DEAR DR. DONOHUE: My son lives three states away from his father and me. He is 27 and has been on his own since graduating from college four years ago. He called us to tell us he might have SBE. He is very tight-lipped and did not go into details other than to say it is a heart infection. What is it? How serious is it? – R.V.

ANSWER: “SBE” stands for subacute bacterial endocarditis, an infection of one of the four heart valves. Most often, the involved valve is one that has been deformed by some prior condition, like rheumatic fever.

Bacteria constantly gets into the blood. The body disposes of them easily. However, when bacteria see a deformed heart valve, they home in on it and begin to multiply. They have found a safe haven. Soon, they further damage an already-damaged valve, and that can lead to heart failure.

SBE is a condition that requires hospital treatment. Antibiotics must be given through a vein to attain high blood levels rapidly in order to stop the bacterial proliferation on the valve. It can take a month or more of treatment to eradicate the infection.

Your son’s doctor will not be wasting any time in confirming the diagnosis. Your son’s blood will be checked for any bacteria that might be in it – one important sign of this infection. Echocardiograms – sound wave pictures of the heart and its valves – can disclose a deformed valve and the bacteria that are growing on it.

Most of the time, treatment for SBE turns out well. In spite of antibiotic treatment, your son could face repair of the damaged heart valve.

For completeness’ sake, I had better mention acute bacterial endocarditis. It too is a heart valve infection, but the infection takes place on a normal valve. Acute bacterial endocarditis is a greater health menace than is the subacute variety.

DEAR DR. DONOHUE: My friend was just in the hospital because her electrolytes were out of order. I have never heard of electrolytes. I had her spell it for me and told her I was going to write you about it. She thought that was a grand idea. What are they? – F.T.

ANSWER: “Electrolytes” is a term used in chemistry. They are atoms that have either a positive or a negative charge. That’s the end of the chemistry lesson.

For all practical purposes, in medicine, “electrolytes” refers to sodium, potassium, chloride and bicarbonate. They are involved in endless body processes. They help keep the heart beating. They keep nerves firing. They balance the amount of acid in the body.

Diuretics, vomiting, diarrhea and uncontrolled diabetes are a few of the conditions that throw electrolytes out of balance. A marked derangement calls for immediate action, or dire consequences result – consequences such as death.

Your friend’s doctors had their hands full in finding a cause for her imbalance. They also had their hands full in restoring the proper concentrations of those important body chemicals.

Ask your friend for me if they found a cause for the electrolyte disturbance.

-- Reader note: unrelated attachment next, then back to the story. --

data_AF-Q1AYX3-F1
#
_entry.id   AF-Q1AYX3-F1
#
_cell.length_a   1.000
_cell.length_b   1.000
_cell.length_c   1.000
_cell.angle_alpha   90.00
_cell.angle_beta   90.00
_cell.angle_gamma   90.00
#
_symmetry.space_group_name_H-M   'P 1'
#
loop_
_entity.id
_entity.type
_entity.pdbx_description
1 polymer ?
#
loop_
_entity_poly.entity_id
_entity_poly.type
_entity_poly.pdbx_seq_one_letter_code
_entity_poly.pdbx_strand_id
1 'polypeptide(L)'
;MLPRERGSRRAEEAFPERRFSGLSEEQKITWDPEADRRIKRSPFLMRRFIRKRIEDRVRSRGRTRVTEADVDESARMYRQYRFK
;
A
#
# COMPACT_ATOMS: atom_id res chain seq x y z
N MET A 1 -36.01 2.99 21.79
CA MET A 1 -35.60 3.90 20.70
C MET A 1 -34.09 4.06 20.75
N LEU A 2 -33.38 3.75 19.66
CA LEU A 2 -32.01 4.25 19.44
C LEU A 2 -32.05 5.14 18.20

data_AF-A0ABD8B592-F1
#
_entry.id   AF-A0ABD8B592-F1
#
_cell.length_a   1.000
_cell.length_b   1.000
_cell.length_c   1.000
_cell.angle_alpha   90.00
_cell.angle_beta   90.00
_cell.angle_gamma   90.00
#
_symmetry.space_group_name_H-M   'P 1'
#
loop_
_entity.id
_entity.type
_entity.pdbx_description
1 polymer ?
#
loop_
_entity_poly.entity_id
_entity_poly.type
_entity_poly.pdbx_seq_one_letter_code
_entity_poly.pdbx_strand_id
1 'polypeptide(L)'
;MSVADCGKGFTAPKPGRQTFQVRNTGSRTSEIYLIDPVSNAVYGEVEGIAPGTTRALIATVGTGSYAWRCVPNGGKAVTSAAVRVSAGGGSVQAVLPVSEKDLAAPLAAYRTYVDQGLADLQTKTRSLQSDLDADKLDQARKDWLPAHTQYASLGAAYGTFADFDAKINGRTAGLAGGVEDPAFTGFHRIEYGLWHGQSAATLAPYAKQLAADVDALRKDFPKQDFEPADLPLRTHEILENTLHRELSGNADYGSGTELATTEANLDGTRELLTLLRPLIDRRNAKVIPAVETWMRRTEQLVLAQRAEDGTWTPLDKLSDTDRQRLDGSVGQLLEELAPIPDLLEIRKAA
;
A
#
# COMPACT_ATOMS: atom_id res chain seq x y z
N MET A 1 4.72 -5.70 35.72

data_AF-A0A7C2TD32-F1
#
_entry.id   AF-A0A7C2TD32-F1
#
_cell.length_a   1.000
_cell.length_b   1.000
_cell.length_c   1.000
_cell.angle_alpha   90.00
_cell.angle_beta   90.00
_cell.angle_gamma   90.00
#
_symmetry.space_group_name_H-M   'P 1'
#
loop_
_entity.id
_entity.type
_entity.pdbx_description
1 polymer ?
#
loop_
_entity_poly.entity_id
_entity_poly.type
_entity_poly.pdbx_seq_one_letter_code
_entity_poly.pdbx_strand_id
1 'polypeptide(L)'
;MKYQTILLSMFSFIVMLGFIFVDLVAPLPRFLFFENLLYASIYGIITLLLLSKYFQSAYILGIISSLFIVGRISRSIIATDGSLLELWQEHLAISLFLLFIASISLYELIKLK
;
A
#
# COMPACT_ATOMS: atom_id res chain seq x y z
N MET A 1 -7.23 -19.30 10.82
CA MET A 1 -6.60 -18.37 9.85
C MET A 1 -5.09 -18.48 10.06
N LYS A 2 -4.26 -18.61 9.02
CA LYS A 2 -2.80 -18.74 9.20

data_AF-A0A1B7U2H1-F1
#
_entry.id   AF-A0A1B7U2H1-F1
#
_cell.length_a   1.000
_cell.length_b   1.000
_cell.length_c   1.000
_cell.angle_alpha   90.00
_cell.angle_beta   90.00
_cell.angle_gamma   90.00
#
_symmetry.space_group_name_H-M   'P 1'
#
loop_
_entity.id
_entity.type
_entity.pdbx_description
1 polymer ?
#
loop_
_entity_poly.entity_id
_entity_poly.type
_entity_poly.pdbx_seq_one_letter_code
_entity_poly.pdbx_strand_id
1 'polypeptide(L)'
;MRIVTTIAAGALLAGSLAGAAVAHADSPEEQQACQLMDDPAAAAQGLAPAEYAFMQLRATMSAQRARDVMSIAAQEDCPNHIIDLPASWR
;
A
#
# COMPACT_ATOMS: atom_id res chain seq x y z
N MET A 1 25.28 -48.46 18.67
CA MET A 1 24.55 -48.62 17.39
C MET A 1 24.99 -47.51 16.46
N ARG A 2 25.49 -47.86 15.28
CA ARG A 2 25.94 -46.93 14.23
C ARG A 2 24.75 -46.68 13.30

The electrolyte story is told in the pamphlet on sodium, potassium and other minerals. It provides information that should interest all those taking water pills. Readers can order a copy by writing to: Dr. Donohue – No. 202, Box 536475, Orlando, FL 32853-6475. Enclose a check or money order (no cash) for $4.50 U.S./$6.50 Can. with the recipient’s printed name and address. Please allow four weeks for delivery.

DEAR DR. DONOHUE: Is it possible to become addicted to caffeine? I drink 10 cups of coffee every day. I have tried to stop, but when I do, I become sluggish and get a headache. Is that a sign of addiction? – W.W.

ANSWER: Caffeine can be slightly habit-forming. Abruptly stopping heavy use can bring on headaches and lethargy. They can be avoided by gradually tapering the amount of caffeine drunk.

Start. Ten cups is too much. You must be very tightly wired.

DEAR DR. DONOHUE: What is rickets, and how come we don’t hear about it now? The question came up in my seventh-grade science class. The teacher didn’t know, and she assigned me to write to you. Please answer. My grade depends on you. – D.T.

ANSWER: Rickets is soft bones due to a lack of calcium fortification. The calcium lack, in turn, comes from a shortage of vitamin D. It’s the vitamin that smoothes the path for calcium absorption in the intestine.

Without calcium, the bones become so soft that they are malformed. Rickets can be one cause of bowlegs and knock-knees.

Soft bones break easily. Childhood rickets, uncorrected, stunts growth.

You don’t see much of it anymore because vitamin D is put into many foods, dairy products being the prime example.

DEAR DR. DONOHUE: I have worked in a nursing home for 12 years. My supervisor let me see my employment record. It says that I am susceptible to hepatitis B. What are the implications of that? – K.R.

ANSWER: Everyone is susceptible to infection with the hepatitis B virus. Only people who have gotten the hepatitis B vaccine or who have successfully recovered from a hepatitis B infection are no longer susceptible to the virus.

The note in your record probably reflects the fact that you have not had the vaccination. All health care workers who come in contact with patients are encouraged to take the vaccine. Ask if your employer provides it to its employees. If it doesn’t, get it on your own from your family doctor.

Dr. Donohue regrets that he is unable to answer individual letters, but he will incorporate them in his column whenever possible. Readers may write him or request an order form of available health newsletters at P.O. Box 536475, Orlando, FL 32853-6475.


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